Regina Leah Chavez spoke about her 15-year-old daughter, Jewels Marie Wolf, on Tuesday in a Placer County courtroom. She said explaining her grief in front of a judge is just as difficult as finding a mortuary, planning her daughter’s funeral and giving her eulogy.
The Roseville mother told the judge her daughter was taken advantage of sexually and murdered by the 22-year-old man seated a few feet away from her in the courtroom, Nathaniel Evan Cabacungan.
Chavez said Cabacungan supplied her underage daughter with a lethal dose of fentanyl and left her dying in her bedroom. Less than an hour later, Cabacungan went out and sold more pills containing the deadly synthetic opioid to someone else, the mother said.
“He knew the drugs he was selling were deadly, were poisonous because he had just witnessed my daughter die from the pill he had given her,” Chavez said in court. “This man is inhumane and dangerous.”
In July, Cabacungan pleaded guilty to second-degree murder and solicitation of a minor to use or sell a narcotic as part of a plea agreement with the Placer County District Attorney’s Office. Cabacungan is the first person in California to be convicted of and sentenced for a murder charge in a fentanyl death.
Prosecutors dropped a special allegation enhancement with the felony solicitation charge — the victim was at least four years younger than the defendant at the time — as part of the deal with Cabacungan. He was 20 years old at the time of the Roseville girl’s death.
On Tuesday morning, Cabacungan was formally sentenced to 15 years to life in prison as part of the deal. He sat in the courtroom silently throughout his 40-minute sentencing hearing, wearing an orange jail inmate clothing and a blue surgical mask to cover the lower portion of his face.
In a departure from common county court practice, Placer Superior Court Judge Angus Saint-Evans on Tuesday denied professional media photographers, including The Sacramento Bee’s Paul Kitagaki Jr. who was present in the courthouse with a previously signed court order granting him access to photograph in the courtroom, the opportunity to photograph the sentencing of Nathanial Cabacungan for the first fentanyl murder sentencing in California.
Instead of creating a media pool, the judge directed news organizations to rely on handout photographs produced by a government employee. The Bee declines to reproduce these images because they represent a chilling restriction on the function of a free and independent media.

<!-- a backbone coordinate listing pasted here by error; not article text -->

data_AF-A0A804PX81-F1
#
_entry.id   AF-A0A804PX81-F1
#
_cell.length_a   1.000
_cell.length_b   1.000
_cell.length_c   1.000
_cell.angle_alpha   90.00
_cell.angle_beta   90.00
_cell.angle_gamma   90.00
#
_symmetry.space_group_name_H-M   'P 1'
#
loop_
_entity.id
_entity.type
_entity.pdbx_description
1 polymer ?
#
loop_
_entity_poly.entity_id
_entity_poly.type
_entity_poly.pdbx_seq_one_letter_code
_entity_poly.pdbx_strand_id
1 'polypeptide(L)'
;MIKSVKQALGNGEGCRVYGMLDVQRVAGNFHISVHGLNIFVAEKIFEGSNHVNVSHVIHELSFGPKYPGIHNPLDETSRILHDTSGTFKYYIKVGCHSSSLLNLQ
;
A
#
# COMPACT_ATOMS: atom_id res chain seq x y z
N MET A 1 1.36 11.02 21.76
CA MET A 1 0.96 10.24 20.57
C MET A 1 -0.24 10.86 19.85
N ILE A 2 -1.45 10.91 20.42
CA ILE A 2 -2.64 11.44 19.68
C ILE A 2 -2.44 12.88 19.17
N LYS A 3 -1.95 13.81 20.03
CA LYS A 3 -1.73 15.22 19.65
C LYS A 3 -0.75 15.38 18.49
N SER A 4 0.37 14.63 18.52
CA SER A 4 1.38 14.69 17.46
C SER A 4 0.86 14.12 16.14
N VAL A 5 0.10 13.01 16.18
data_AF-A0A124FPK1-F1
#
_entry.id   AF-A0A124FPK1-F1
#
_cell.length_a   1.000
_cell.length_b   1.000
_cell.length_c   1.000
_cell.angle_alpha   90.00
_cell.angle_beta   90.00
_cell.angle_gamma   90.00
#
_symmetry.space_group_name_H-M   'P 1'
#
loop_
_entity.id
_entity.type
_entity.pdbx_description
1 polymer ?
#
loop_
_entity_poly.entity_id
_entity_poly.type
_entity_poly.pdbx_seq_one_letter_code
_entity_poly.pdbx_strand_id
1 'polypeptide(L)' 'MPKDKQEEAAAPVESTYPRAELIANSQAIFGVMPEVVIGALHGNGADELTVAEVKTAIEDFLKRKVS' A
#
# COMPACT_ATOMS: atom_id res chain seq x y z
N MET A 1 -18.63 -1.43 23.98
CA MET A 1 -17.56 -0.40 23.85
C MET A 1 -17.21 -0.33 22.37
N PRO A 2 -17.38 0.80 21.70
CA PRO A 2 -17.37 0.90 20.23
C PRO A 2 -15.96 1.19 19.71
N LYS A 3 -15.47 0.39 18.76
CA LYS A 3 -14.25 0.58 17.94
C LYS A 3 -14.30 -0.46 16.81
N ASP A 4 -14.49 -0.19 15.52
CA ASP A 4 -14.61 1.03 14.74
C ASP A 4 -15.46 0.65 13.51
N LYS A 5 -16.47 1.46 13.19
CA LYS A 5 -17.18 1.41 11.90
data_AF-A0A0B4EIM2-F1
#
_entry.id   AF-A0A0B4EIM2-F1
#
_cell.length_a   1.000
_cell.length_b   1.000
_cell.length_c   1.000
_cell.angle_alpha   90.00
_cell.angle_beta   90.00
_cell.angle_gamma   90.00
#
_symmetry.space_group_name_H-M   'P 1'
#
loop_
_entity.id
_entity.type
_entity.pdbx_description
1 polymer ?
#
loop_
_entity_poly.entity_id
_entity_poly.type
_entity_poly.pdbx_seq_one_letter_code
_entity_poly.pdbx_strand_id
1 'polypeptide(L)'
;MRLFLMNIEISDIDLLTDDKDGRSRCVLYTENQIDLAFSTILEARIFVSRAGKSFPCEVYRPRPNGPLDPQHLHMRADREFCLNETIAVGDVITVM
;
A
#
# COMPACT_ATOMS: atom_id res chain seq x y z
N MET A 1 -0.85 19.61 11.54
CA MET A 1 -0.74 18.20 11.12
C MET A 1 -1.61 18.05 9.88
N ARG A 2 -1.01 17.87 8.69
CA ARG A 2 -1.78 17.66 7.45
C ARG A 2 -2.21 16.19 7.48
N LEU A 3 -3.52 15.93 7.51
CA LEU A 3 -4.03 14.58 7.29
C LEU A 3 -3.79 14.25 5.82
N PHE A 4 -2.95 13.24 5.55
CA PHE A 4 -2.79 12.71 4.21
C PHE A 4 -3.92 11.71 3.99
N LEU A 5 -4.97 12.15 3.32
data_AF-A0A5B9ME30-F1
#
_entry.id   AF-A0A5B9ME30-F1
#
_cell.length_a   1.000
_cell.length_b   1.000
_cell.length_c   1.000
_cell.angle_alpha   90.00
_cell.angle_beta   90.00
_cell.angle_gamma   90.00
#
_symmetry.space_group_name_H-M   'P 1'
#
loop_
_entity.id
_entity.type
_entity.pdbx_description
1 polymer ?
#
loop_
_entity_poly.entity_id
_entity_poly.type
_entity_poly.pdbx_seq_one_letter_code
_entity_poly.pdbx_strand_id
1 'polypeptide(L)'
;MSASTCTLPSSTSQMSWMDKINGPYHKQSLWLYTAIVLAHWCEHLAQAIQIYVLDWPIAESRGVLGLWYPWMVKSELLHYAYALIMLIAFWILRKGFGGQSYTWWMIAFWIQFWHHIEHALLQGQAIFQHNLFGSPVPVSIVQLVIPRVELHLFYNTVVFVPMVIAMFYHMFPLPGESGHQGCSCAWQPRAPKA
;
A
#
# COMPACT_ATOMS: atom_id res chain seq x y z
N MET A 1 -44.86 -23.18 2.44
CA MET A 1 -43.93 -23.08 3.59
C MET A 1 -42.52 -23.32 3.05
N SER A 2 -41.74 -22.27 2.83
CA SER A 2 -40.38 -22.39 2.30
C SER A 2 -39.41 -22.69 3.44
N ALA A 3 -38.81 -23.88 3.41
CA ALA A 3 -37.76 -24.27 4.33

Convicted man’s statement read in court
Brad Whatcott, Cabacungan’s court-appointed attorney, read in court a statement written by his client: “I apologize for my actions and the damage I have caused everyone.”
That’s all that was written in the defendant’s statement.
Jewels’ parents, other family members and friends spoke Tuesday morning in court about the consequences of her death before Cabacungan was sentenced. About two dozen people with large photos and signs honoring the teen nearly filled the courtroom.
Chavez said her daughter “was a performer at heart and shined on stage,” growing up doing ballet, music, talent shows, dance and cheerleading. The teen also had a compassionate soul, with love empathy and humility, Chavez said.
“My daughter was beautiful inside and out, and it radiated through her whole being,” she told the judge. “She had her whole life ahead of her and was happily planning her future when the defendant murdered her with a counterfeit Percocet pill.
The mother had dropped off her daughter at their Roseville home on June 19, 2022. She did not know that Cabacungan had convinced her daughter to let him come over while Chavez wasn’t home to take advantage of her daughter and give her the drugs that contained a lethal dose of fentanyl.
“According to his own confession, my daughter died in his arms,” Chavez said. “I was informed in Jewels desperate time of need, Nathaniel Cabacungan abandoned her in her bed. He cold-heartedly left her to die. … He did nothing to try to save her life. He didn’t even call 911.”
Dealing dangerous drugs on social media
The girl’s older brother found his sister dead that night, Chavez said. He had told a chaplain assisting investigators at their home not to allow his mother to go into the bedroom and be stuck with the image of what he discovered.
Chavez told the judge that 15 years to life in prison is not long enough for Cabacungan, suggesting he would not be rehabilitated in prison. The mother said Cabacungan has no regard for life other than his own, and has a history of dealing dangerous drugs on social media and preying upon and targeting young girls.
Initially, the District Attorney’s Office also filed charges of transporting drugs, possessing drugs for the purpose of sale and meeting with a minor for the purpose of engaging in lewd and lascivious behavior in connection with the teen’s death. Those felony charges against Cabacungan were dropped.
Jake Wolf, the girl’s father, told the judge that his daughter brought joy and happiness to everyone she met, and she deserved a full and rich life. But, instead, she was robbed of that future, he said.
“This perpetrator deserves to hear the impact of the irreparable harm he has caused to our family and to our community,” the father said about Cabacungan. “Jewels was more than a statistic or a news headline.”
Wolf said his family was not there for vengeance but seeking justice for his daughter and all the other innocent lives that might be saved from such a tragic death. Wolf hopes Cabacungan realizes the depth and gravity of the harm he caused, and he trusts that the justice system will not allow Jewels to become just a forgotten statistic.
“My daughter was a victim of the first convicted fentanyl murder in the history of California,” Wolf said in court. “A horrifying milestone that should shock all of us to our core.”
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